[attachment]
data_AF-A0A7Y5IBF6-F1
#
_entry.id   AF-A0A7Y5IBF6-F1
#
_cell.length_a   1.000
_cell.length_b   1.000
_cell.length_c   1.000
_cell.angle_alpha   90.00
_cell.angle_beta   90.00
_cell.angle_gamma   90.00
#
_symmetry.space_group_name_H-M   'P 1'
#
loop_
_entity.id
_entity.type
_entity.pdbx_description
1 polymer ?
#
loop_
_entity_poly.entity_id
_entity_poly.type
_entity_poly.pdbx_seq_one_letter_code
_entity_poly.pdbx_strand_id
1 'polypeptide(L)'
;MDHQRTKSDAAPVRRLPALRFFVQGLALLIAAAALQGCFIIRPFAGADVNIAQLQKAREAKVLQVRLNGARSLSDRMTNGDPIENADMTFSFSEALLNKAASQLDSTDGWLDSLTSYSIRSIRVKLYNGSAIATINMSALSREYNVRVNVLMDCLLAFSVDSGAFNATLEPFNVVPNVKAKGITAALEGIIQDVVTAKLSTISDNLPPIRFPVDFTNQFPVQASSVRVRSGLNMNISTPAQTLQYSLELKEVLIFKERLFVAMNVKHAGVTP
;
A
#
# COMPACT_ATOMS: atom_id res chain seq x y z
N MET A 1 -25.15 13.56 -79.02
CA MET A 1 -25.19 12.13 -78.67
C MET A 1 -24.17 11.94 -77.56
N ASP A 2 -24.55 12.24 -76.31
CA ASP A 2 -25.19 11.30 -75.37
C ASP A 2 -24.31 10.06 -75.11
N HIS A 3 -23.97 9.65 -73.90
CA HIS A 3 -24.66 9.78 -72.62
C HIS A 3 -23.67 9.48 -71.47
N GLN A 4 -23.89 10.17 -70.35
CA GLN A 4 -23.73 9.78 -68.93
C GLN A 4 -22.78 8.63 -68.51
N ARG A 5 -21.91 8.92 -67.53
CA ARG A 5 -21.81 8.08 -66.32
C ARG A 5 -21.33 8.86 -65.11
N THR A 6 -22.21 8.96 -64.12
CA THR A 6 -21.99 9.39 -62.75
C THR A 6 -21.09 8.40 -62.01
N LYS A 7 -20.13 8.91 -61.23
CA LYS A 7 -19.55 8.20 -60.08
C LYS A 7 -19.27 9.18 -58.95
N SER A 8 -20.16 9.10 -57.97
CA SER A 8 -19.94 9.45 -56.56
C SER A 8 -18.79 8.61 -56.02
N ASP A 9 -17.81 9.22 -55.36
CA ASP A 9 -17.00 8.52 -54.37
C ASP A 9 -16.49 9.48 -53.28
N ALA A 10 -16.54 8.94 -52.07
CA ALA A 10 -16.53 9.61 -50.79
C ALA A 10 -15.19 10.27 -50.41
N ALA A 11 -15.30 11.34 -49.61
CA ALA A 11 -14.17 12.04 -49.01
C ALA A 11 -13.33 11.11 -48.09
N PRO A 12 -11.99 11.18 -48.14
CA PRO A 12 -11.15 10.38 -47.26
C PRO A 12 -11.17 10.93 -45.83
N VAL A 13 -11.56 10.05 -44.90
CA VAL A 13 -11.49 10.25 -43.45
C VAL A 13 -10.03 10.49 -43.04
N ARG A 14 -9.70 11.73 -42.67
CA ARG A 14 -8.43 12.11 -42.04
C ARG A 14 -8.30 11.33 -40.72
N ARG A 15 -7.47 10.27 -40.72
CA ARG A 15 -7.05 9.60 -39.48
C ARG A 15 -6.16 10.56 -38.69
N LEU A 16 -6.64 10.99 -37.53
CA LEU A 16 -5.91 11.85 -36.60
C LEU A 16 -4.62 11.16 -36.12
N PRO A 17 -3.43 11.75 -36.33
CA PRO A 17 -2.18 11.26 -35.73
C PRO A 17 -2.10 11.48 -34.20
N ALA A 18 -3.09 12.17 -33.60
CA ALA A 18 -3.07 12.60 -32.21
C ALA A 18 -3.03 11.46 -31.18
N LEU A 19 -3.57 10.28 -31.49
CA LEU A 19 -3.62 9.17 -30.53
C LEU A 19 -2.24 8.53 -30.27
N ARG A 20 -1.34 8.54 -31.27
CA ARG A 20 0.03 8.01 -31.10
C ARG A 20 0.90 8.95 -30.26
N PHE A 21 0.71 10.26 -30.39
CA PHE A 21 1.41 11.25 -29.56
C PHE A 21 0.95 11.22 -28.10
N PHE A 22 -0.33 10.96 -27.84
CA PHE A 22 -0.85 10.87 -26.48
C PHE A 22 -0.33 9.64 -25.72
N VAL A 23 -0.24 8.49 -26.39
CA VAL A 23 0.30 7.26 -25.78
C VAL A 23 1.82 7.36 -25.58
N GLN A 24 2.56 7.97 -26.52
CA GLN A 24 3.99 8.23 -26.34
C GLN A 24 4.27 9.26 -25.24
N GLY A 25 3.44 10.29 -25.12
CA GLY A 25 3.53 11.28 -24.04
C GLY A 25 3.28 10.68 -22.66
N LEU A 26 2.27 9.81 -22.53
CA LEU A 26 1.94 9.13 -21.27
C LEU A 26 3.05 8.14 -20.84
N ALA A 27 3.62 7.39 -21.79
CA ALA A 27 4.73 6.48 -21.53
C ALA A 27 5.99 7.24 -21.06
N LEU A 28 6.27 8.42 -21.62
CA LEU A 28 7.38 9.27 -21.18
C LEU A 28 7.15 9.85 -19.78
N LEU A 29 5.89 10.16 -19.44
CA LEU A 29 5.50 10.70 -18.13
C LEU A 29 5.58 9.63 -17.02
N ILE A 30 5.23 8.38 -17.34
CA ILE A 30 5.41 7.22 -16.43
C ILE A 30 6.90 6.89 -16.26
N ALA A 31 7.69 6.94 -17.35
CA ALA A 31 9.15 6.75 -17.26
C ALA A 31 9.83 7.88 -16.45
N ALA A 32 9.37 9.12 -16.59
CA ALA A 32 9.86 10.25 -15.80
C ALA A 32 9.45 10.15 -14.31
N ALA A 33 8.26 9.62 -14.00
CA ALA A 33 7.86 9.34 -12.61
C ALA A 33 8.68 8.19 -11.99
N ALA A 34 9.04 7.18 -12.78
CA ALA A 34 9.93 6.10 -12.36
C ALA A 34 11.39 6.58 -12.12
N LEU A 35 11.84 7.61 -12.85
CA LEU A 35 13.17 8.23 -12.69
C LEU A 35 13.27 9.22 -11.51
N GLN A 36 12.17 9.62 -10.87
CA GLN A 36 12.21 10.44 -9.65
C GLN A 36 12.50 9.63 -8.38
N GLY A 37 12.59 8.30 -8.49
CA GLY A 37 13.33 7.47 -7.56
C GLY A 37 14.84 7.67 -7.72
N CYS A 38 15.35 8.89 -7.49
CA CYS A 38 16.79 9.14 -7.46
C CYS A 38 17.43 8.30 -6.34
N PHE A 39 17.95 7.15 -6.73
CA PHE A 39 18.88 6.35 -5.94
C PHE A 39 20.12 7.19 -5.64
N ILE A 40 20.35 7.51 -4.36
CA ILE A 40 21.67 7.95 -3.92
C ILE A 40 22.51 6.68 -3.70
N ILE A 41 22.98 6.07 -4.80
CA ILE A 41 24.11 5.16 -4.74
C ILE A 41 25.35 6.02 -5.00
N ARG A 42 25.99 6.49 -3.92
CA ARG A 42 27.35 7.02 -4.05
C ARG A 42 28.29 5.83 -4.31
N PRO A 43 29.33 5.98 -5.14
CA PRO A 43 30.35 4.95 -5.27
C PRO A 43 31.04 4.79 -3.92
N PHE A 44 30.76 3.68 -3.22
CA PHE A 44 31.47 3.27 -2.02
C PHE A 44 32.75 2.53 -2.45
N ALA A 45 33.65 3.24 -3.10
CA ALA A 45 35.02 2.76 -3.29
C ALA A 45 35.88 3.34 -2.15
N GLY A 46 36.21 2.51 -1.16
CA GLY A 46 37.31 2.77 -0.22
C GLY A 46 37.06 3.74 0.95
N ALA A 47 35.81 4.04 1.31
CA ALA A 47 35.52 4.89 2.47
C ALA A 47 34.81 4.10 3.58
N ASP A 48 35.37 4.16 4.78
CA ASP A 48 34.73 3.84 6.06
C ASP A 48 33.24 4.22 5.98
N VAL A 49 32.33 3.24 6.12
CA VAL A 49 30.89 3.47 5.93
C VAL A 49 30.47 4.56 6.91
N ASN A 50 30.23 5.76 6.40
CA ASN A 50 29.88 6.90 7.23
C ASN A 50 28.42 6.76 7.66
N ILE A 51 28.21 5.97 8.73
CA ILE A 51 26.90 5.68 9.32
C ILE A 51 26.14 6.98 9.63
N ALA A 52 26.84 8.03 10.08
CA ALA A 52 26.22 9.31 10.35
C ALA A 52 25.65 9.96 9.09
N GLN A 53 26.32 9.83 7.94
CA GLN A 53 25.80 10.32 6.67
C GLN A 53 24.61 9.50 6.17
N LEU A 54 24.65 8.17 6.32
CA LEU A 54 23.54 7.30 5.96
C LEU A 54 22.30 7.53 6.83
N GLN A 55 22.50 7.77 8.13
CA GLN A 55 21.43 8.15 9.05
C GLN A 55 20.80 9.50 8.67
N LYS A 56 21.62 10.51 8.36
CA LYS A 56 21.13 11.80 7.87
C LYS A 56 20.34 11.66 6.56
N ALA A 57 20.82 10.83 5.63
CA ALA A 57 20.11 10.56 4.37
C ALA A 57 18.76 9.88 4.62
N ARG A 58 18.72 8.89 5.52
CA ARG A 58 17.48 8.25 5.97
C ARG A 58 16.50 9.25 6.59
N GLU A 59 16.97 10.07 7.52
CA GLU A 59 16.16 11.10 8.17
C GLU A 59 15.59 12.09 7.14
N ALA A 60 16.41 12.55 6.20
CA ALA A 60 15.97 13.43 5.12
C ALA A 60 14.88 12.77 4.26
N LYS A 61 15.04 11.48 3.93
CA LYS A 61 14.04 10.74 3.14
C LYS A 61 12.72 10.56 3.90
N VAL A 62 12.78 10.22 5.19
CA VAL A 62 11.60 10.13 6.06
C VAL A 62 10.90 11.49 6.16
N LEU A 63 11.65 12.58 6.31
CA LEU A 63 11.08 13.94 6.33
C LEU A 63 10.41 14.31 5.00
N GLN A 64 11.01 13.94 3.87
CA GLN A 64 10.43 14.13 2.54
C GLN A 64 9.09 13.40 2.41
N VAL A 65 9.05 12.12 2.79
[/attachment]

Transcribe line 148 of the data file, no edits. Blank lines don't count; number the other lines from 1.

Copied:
N ILE A 40 20.35 7.51 -4.36